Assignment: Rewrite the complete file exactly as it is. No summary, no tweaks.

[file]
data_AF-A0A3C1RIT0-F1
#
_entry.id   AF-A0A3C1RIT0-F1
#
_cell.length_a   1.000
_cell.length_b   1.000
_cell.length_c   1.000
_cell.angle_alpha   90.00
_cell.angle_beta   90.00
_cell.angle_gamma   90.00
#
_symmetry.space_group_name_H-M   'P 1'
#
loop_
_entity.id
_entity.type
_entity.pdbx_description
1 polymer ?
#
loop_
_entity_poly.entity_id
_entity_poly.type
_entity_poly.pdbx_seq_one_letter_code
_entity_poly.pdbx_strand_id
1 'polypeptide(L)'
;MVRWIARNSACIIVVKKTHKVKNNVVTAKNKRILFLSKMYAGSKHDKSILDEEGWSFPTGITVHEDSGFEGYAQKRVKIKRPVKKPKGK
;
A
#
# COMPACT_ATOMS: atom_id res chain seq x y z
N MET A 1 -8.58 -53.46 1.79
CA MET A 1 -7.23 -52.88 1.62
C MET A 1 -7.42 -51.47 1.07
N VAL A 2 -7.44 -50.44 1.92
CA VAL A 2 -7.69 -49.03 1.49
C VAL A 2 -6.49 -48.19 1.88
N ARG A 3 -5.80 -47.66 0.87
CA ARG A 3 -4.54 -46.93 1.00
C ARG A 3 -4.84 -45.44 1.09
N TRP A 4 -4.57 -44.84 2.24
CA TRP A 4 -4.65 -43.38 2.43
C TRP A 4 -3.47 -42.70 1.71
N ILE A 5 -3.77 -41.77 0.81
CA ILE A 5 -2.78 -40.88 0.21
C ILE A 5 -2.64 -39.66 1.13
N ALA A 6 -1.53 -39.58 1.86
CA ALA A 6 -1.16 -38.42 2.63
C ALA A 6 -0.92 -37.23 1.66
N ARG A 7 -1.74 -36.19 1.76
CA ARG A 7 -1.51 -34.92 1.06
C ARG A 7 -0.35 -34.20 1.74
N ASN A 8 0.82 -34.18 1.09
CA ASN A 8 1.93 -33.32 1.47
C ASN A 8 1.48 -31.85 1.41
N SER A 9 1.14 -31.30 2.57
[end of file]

data_AF-A0A3C1RIT0-F1
#
_entry.id   AF-A0A3C1RIT0-F1
#
_cell.length_a   1.000
_cell.length_b   1.000
_cell.length_c   1.000
_cell.angle_alpha   90.00
_cell.angle_beta   90.00
_cell.angle_gamma   90.00
#
_symmetry.space_group_name_H-M   'P 1'
#
loop_
_entity.id
_entity.type
_entity.pdbx_description
1 polymer ?
#
loop_
_entity_poly.entity_id
_entity_poly.type
_entity_poly.pdbx_seq_one_letter_code
_entity_poly.pdbx_strand_id
1 'polypeptide(L)'
;MVRWIARNSACIIVVKKTHKVKNNVVTAKNKRILFLSKMYAGSKHDKSILDEEGWSFPTGITVHEDSGFEGYAQKRVKIKRPVKKPKGK
;
A
#
# COMPACT_ATOMS: atom_id res chain seq x y z
N MET A 1 -8.58 -53.46 1.79
CA MET A 1 -7.23 -52.88 1.62
C MET A 1 -7.42 -51.47 1.07
N VAL A 2 -7.44 -50.44 1.92
CA VAL A 2 -7.69 -49.03 1.49
C VAL A 2 -6.49 -48.19 1.88
N ARG A 3 -5.80 -47.66 0.87
CA ARG A 3 -4.54 -46.93 1.00
C ARG A 3 -4.84 -45.44 1.09
N TRP A 4 -4.57 -44.84 2.24
CA TRP A 4 -4.65 -43.38 2.43
C TRP A 4 -3.47 -42.70 1.71
N ILE A 5 -3.77 -41.77 0.81
CA ILE A 5 -2.78 -40.88 0.21
C ILE A 5 -2.64 -39.66 1.13
N ALA A 6 -1.53 -39.58 1.86
CA ALA A 6 -1.16 -38.42 2.63
C ALA A 6 -0.92 -37.23 1.66
N ARG A 7 -1.74 -36.19 1.76
CA ARG A 7 -1.51 -34.92 1.06
C ARG A 7 -0.35 -34.20 1.74
N ASN A 8 0.82 -34.18 1.09
CA ASN A 8 1.93 -33.32 1.47
C ASN A 8 1.48 -31.85 1.41
N SER A 9 1.14 -31.30 2.57